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Hong Kong body to make LP legislation recommendations

Some members of the local legal community are also expecting a public consultation on changes to limited partnership legislation that would allow private equity funds to be established on-shore.

Hong Kong-based Financial Services Development Council (FSDC) is expected to publish within the next few weeks a lengthy paper with recommendations on changes to limited partnership legislation.

The FSDC is a research and advocacy organisation that seeks to promote Hong Kong as a financial centre.

Industry advocates are seeking the introduction of new legislation or amendments to the existing limited partnership law to allow private equity funds to be domiciled and registered in Hong Kong.

“New legislation that would allow funds to be brought onshore would allow Hong Kong to build a fully integrated fund management centre,” said John Levack, chairman of the Hong Kong Venture Capital and Private Equity Association (HKVCA) technical committee and managing director of Electra Partners Asia.

If private equity funds could be established in Hong Kong, it would become more effective, efficient and attractive as a centre for financial services, he said.

Some members of the Hong Kong-based legal community are also anticipating a public consultation on changes to legislation impacting limited partnerships.

Public statements from the Hong Kong government and lobbying by industry groups, including the HKVCA, suggest a public consultation on changes to the existing law is likely, said Dechert partner Angelyn Lim.

Any public consultation on LP legislation would follow a recent consultation on open-ended fund legislation that ended in June.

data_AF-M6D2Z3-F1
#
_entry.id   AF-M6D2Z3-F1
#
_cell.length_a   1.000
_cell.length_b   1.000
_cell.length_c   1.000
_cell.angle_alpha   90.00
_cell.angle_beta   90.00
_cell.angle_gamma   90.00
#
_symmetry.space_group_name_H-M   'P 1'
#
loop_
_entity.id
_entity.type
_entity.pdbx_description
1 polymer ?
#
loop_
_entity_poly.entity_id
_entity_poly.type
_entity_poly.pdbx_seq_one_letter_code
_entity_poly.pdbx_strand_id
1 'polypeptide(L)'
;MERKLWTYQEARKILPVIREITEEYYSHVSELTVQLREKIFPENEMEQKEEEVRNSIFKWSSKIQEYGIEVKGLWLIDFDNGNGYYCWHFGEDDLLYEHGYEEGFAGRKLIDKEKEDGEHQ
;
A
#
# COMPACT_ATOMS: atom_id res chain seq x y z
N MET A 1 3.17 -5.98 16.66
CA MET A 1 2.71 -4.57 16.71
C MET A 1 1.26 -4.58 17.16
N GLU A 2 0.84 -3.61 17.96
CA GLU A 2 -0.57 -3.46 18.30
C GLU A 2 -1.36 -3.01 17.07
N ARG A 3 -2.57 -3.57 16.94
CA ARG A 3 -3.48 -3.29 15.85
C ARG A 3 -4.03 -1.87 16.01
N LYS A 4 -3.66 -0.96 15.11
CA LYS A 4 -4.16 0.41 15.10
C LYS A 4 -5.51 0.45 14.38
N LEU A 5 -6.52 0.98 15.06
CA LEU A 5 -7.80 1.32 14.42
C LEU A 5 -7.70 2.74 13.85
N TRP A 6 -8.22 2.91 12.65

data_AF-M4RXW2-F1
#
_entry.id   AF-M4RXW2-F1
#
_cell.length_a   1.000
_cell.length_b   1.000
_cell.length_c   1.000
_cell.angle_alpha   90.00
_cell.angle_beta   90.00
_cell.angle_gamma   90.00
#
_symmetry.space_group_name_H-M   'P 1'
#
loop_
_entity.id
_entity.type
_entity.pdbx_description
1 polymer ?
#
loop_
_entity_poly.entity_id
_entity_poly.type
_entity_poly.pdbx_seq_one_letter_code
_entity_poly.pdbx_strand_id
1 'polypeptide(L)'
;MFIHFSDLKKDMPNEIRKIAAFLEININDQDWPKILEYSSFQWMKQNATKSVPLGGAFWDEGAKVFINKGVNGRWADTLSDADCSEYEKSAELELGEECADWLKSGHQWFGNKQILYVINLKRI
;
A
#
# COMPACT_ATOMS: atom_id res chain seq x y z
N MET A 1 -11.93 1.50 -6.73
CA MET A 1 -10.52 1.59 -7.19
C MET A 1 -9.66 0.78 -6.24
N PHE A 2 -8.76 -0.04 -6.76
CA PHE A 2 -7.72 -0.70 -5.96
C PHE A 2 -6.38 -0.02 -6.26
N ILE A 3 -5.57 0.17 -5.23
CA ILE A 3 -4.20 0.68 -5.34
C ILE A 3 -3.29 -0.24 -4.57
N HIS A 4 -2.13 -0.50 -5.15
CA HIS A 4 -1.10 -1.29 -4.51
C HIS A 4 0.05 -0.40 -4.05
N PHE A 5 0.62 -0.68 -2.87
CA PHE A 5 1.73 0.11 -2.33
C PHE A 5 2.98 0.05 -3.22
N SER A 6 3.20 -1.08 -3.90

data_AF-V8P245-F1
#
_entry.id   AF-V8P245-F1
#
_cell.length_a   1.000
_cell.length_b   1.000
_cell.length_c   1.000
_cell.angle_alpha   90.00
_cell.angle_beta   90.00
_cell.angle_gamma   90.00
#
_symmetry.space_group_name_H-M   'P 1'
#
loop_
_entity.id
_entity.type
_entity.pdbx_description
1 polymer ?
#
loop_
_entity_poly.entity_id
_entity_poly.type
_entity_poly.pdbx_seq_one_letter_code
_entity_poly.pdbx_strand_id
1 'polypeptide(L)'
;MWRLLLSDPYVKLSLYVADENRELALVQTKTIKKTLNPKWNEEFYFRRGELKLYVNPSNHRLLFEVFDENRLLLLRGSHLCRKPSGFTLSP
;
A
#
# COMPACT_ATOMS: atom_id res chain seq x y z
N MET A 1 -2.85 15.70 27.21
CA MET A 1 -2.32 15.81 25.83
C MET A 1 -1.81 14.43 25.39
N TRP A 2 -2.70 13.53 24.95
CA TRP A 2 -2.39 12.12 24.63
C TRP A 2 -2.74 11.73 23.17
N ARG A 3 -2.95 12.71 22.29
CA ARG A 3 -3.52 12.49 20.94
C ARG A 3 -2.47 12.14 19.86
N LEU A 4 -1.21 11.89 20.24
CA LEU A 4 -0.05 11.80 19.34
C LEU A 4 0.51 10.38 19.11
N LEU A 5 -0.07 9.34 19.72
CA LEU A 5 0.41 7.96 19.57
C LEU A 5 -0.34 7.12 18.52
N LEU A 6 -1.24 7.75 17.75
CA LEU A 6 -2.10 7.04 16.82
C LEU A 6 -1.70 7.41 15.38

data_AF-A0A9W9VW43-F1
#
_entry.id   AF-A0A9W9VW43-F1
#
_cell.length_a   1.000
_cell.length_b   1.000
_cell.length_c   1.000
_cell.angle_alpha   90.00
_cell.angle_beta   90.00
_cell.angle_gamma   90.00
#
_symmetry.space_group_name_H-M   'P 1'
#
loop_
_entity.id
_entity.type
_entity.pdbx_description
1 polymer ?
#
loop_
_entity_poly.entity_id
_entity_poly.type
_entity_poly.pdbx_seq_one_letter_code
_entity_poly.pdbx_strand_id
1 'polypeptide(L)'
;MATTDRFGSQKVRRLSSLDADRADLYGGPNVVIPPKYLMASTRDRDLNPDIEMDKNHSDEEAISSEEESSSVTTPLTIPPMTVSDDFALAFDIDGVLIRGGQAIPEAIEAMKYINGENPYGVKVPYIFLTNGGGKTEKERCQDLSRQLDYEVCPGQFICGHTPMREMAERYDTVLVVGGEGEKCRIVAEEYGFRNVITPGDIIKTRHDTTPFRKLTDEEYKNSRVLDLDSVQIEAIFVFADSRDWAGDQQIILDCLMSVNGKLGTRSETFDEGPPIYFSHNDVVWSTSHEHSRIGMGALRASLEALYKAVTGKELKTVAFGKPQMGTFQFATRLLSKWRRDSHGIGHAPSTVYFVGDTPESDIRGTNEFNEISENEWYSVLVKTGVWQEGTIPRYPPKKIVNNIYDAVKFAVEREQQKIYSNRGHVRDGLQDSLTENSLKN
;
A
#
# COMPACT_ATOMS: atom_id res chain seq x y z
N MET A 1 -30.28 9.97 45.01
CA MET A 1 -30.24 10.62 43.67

The Hong Kong Government has supported creating open-ended investment company structures for mutual funds and hedge funds and the aim is to extend this concept to private equity funds, which normally use limited partnership vehicles, and our hope is that the government will support this as well, said Levack.

Jane McBride, head of the licensing, compliance and regulatory team at Deacons in Hong Kong said there was a ground swell of support for changes to the rules, which she noted would follow other jurisdictions such as the UK which are making their own amendments to LP legislation in order to compete better. This could be part of the drive for change in Hong Kong, she said.

Some mainland Chinese private equity fund managers would be very interested in setting up Hong Kong private equity funds, McBride said.

There has already been some legislative change to the benefit of private equity funds. In July, tax exemption on profits was extended to offshore private equity funds. Lim described this a “welcome development”.

Under the current limited partnership rules, an investment manager has to incorporate a fund as a LP in a tax neutral jurisdiction, such as the Bahamas or the Cayman Islands. The investment sub-manager would be incorporated in Hong Kong and licensed to engage in the business of asset management. In some cases no licensing is required because of the limited nature of the activity in Hong Kong.